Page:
A hearing in the House Committee on Children, Families and Persons with Disabilities on a proposal to extend so-called “benevolent” tax credits turned into a discussion about abortion and birth control on Tuesday.
The hearing was on a bill that would extend tax credits for donations to charitable causes, such as centers that help children in crisis, food banks and more. The debate regarded credits for pregnancy resource centers.
Pro-Choice Missouri Executive Director Pamela Sumners testified that a study revealed many of those centers giving inaccurate medical information regarding abortions and birth control.
“We know that what happens with some of these facilities is that you don’t get the proper information early on, there are delays and sometimes these delays will put people beyond the point at which they can legally get an abortion or put them in a position where the procedure will be more risky to them,” she says.
Sumners discussed some of the findings of that study.
“Sixty-nine percent of these facilities said that there was a link between abortion and hormonal birth control increasing infertility,” she says. “Ninety-two percent wouldn’t tell a woman where she could obtain birth control. Fifty-four percent stated or implied that condoms are less effective in preventing sexually transmitted diseases than they are. Twenty-eight percent told women in their written materials that there is a link between abortion and breast cancer.”
Sumners told lawmakers she wanted them to have the facts before they extended the credit benefitting those centers.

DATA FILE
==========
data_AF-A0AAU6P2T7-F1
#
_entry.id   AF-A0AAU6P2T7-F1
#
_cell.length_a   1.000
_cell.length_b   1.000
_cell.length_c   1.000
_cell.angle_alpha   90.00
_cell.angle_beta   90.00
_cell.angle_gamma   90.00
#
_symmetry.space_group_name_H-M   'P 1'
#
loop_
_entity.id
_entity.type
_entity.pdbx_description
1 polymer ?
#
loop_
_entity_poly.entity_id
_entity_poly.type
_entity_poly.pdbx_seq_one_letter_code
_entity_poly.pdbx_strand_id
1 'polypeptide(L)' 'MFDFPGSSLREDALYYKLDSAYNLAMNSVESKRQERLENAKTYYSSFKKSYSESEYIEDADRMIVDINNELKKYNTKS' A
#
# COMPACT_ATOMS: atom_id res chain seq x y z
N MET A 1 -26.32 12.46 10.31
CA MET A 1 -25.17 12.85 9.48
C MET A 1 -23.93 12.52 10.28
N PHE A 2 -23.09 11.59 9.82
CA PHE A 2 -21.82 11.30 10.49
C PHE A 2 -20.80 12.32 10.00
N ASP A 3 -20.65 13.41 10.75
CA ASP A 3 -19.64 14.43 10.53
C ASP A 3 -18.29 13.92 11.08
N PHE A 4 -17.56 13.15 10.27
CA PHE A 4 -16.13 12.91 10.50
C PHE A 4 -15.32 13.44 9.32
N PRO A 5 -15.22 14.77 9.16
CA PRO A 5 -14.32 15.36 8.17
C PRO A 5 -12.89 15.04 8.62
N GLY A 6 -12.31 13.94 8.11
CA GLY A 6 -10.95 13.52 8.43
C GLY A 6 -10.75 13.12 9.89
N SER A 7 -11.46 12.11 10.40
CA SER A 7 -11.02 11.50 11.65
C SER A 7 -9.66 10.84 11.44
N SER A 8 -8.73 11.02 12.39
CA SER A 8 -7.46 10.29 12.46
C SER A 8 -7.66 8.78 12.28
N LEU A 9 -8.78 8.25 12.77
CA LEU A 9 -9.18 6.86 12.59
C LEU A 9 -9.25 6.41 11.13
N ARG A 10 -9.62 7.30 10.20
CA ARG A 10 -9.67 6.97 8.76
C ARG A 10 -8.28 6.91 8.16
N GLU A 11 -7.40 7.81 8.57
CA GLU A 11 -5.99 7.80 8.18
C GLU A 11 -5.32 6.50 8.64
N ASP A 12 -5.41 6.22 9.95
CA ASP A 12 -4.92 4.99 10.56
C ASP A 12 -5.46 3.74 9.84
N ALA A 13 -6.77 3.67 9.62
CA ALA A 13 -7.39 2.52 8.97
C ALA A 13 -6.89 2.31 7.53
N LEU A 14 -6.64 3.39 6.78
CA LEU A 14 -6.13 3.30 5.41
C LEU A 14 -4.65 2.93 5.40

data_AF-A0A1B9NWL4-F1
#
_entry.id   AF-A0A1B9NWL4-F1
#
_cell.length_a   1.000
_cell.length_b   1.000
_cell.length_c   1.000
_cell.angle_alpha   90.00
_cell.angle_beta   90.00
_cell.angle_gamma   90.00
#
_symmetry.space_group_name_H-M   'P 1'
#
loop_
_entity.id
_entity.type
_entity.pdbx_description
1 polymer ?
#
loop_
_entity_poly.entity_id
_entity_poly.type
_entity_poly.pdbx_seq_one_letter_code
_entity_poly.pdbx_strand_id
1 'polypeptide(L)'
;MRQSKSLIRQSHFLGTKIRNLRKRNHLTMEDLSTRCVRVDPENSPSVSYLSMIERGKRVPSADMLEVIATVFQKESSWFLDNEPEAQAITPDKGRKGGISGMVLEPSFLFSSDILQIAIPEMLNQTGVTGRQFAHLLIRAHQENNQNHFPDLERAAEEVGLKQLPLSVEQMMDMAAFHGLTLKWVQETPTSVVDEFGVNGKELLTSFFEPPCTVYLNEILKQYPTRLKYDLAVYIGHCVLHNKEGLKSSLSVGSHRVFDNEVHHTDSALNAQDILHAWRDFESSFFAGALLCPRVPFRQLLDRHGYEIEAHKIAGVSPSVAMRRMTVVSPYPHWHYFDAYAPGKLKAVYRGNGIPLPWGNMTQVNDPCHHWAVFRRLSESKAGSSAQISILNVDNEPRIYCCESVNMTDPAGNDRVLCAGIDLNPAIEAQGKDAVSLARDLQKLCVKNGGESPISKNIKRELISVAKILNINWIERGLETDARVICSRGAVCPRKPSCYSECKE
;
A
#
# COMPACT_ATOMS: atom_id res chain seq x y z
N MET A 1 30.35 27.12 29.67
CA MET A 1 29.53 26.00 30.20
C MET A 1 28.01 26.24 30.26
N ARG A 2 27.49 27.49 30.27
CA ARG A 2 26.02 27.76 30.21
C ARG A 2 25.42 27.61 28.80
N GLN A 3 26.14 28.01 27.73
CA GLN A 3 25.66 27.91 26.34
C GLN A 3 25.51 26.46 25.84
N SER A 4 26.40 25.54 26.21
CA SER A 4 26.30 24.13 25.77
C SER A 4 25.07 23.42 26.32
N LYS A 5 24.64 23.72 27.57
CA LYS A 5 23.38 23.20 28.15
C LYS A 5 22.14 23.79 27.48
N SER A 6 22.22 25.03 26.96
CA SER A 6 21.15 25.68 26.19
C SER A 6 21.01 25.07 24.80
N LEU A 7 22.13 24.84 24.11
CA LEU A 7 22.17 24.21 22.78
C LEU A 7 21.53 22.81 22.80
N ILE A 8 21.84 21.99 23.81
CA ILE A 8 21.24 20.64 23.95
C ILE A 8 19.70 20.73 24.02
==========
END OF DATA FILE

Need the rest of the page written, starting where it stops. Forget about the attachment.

Missouri Catholic Conference spokesman Tyler McClay questioned the definition of what is “medically accurate.”
“I can show you studies that suggest that (abortion is a risk factor for breast cancer),” McClay says. “I can show you studies that say it is not a risk factor. So, I guess the question is, ‘What’s medically accurate?’ That’s going to be difficult to define, I think, in law. That would be my concern with that.”
Rep. Genise Montecillo (D-St. Louis) indicated she will offer an amendment to the bill to require that medical information provided by clinics be accurate.
Rep. Eric Burlison (R-Springfield) says the hearing on his bill about charitable tax credits was hijacked.
“That’s unfortunate because we’re trying to just accomplish something that is very good,” Burlison says. “There’s a lot of good that’s happened in all these benevolent tax credits.”
Barbara Brown-Johnson, president of the Missouri Network of Child Advocacy Centers, testified to urge lawmakers to extend the “children in crisis” credit. She says at her center in Springfield, it yielded $534,000 in four years and over $240,000 in July and August, 2012 alone.
She says one thing it supports is forensic interviewers who interview children going through stressful situations.
“This little boy asked a different kind of question that we’d never been asked before,” Brown-Johnson says. “He looked at the interviewer and he said … he was eight … he said … ‘Yeah, I have a question.’ He said, ‘Can you tell me why people keep hurting me?’ That’s a question no child in Missouri or any state should ever have to ask.”
The legislation will come to a vote in the committee next week.